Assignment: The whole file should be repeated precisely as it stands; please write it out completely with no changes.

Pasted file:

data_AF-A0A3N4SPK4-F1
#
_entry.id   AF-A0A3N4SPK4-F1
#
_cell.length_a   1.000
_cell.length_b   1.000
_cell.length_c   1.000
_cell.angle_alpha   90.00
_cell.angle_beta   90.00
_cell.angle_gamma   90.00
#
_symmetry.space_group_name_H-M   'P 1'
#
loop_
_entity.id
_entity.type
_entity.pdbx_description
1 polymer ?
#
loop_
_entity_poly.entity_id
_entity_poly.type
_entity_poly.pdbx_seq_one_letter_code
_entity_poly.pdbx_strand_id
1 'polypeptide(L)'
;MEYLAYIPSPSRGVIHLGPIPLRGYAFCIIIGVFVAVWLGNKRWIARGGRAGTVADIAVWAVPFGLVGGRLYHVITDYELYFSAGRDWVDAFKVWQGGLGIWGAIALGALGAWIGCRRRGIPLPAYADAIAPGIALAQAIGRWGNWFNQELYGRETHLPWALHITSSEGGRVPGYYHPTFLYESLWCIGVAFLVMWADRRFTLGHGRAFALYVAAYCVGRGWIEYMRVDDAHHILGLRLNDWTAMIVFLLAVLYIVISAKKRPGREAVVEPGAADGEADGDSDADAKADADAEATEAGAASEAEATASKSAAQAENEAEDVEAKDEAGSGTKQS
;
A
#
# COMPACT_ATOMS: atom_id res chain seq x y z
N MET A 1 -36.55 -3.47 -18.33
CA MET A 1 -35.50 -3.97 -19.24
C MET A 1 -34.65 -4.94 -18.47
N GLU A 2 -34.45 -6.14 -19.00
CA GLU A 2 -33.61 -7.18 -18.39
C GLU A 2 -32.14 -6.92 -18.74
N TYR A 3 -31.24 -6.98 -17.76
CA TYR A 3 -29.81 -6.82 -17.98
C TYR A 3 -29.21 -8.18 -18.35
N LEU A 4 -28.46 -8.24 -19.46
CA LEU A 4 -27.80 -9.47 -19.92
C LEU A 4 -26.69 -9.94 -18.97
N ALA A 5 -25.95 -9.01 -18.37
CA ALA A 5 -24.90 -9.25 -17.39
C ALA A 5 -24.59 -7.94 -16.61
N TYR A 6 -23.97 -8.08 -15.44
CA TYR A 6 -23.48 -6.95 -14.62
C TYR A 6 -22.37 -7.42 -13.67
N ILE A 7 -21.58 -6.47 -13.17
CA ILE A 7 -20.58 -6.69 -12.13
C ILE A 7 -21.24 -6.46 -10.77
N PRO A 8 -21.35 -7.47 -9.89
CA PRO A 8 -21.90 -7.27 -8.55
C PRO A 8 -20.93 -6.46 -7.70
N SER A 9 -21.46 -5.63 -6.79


data_AF-A0A3N4SPK4-F1
#
_entry.id   AF-A0A3N4SPK4-F1
#
_cell.length_a   1.000
_cell.length_b   1.000
_cell.length_c   1.000
_cell.angle_alpha   90.00
_cell.angle_beta   90.00
_cell.angle_gamma   90.00
#
_symmetry.space_group_name_H-M   'P 1'
#
loop_
_entity.id
_entity.type
_entity.pdbx_description
1 polymer ?
#
loop_
_entity_poly.entity_id
_entity_poly.type
_entity_poly.pdbx_seq_one_letter_code
_entity_poly.pdbx_strand_id
1 'polypeptide(L)'
;MEYLAYIPSPSRGVIHLGPIPLRGYAFCIIIGVFVAVWLGNKRWIARGGRAGTVADIAVWAVPFGLVGGRLYHVITDYELYFSAGRDWVDAFKVWQGGLGIWGAIALGALGAWIGCRRRGIPLPAYADAIAPGIALAQAIGRWGNWFNQELYGRETHLPWALHITSSEGGRVPGYYHPTFLYESLWCIGVAFLVMWADRRFTLGHGRAFALYVAAYCVGRGWIEYMRVDDAHHILGLRLNDWTAMIVFLLAVLYIVISAKKRPGREAVVEPGAADGEADGDSDADAKADADAEATEAGAASEAEATASKSAAQAENEAEDVEAKDEAGSGTKQS
;
A
#
# COMPACT_ATOMS: atom_id res chain seq x y z
N MET A 1 -36.55 -3.47 -18.33
CA MET A 1 -35.50 -3.97 -19.24
C MET A 1 -34.65 -4.94 -18.47
N GLU A 2 -34.45 -6.14 -19.00
CA GLU A 2 -33.61 -7.18 -18.39
C GLU A 2 -32.14 -6.92 -18.74
N TYR A 3 -31.24 -6.98 -17.76
CA TYR A 3 -29.81 -6.82 -17.98
C TYR A 3 -29.21 -8.18 -18.35
N LEU A 4 -28.46 -8.24 -19.46
CA LEU A 4 -27.80 -9.47 -19.92
C LEU A 4 -26.69 -9.94 -18.97
N ALA A 5 -25.95 -9.01 -18.37
CA ALA A 5 -24.90 -9.25 -17.39
C ALA A 5 -24.59 -7.94 -16.61
N TYR A 6 -23.97 -8.08 -15.44
CA TYR A 6 -23.48 -6.95 -14.62
C TYR A 6 -22.37 -7.42 -13.67
N ILE A 7 -21.58 -6.47 -13.17
CA ILE A 7 -20.58 -6.69 -12.13
C ILE A 7 -21.24 -6.46 -10.77
N PRO A 8 -21.35 -7.47 -9.89
CA PRO A 8 -21.90 -7.27 -8.55
C PRO A 8 -20.93 -6.46 -7.70
N SER A 9 -21.46 -5.63 -6.79